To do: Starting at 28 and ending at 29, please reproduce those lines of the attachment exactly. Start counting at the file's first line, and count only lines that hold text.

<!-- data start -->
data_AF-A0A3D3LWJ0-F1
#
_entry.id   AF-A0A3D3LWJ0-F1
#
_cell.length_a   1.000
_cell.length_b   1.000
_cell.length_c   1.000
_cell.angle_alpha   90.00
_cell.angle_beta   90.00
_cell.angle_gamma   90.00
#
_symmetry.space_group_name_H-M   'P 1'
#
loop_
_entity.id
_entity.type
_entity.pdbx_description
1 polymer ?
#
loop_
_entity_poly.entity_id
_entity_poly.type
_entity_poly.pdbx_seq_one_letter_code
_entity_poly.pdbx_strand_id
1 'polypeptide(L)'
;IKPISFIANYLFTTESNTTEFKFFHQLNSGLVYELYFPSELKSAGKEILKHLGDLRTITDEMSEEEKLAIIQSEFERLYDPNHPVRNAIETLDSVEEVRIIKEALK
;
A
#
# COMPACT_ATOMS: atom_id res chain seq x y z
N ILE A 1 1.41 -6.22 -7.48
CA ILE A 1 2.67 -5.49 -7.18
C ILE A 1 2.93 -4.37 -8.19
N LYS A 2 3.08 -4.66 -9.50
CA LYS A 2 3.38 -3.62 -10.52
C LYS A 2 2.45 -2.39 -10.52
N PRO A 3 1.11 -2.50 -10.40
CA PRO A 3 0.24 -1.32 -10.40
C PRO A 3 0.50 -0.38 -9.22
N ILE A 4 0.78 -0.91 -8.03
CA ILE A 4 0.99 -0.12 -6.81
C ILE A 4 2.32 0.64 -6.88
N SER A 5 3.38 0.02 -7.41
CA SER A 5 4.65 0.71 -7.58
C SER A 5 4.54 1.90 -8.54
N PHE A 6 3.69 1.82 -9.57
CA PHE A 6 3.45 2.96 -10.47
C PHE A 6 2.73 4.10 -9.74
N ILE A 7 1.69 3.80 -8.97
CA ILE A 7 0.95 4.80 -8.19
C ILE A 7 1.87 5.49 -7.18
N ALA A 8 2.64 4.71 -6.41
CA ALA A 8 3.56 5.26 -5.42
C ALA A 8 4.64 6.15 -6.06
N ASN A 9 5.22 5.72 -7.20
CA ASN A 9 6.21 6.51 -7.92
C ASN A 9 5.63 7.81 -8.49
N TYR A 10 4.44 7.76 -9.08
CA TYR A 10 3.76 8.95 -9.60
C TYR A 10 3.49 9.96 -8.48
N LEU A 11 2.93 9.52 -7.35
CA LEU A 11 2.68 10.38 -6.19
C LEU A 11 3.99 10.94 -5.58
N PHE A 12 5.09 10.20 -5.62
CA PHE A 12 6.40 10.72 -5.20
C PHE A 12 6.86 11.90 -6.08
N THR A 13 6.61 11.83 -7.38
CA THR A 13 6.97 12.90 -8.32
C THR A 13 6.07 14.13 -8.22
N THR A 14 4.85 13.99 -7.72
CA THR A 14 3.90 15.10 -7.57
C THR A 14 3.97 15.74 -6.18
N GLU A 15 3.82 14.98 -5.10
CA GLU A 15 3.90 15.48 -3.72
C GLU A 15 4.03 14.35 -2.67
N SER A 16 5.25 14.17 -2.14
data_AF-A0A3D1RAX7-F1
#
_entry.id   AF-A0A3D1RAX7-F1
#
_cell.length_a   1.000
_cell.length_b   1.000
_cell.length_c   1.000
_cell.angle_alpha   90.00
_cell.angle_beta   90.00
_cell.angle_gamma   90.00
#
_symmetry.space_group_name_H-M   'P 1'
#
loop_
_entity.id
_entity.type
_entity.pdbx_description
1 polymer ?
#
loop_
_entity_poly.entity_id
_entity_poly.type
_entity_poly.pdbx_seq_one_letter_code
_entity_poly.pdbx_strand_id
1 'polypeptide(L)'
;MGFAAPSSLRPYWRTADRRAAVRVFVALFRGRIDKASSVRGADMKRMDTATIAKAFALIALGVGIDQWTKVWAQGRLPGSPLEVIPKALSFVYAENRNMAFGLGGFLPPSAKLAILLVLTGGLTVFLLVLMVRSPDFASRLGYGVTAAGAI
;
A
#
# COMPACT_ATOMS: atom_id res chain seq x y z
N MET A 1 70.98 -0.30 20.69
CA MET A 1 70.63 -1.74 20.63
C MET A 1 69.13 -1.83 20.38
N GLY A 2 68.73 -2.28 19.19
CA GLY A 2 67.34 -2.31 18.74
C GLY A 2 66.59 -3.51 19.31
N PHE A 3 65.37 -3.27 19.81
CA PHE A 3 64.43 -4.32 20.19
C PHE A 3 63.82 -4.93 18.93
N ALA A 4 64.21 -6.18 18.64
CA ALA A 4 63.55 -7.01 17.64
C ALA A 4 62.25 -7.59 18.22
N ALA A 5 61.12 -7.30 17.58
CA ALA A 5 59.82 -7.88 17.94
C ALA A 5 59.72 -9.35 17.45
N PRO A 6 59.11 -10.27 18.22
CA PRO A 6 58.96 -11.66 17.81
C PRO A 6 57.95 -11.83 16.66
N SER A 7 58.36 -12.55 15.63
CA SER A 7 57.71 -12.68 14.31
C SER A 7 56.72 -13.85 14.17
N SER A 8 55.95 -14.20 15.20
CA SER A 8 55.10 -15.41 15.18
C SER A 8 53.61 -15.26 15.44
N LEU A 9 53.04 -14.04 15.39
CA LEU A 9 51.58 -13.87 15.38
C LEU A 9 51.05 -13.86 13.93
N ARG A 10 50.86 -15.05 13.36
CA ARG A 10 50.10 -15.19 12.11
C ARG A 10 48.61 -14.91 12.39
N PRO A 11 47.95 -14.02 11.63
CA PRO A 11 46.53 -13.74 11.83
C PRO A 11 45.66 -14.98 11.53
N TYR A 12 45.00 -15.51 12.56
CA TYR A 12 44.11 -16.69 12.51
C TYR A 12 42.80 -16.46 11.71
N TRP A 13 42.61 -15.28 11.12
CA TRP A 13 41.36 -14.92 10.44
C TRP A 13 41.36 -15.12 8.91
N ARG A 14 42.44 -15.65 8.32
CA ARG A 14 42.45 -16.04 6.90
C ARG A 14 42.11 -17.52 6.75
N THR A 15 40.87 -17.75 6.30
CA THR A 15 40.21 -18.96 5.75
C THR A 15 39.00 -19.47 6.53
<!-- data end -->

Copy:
A
#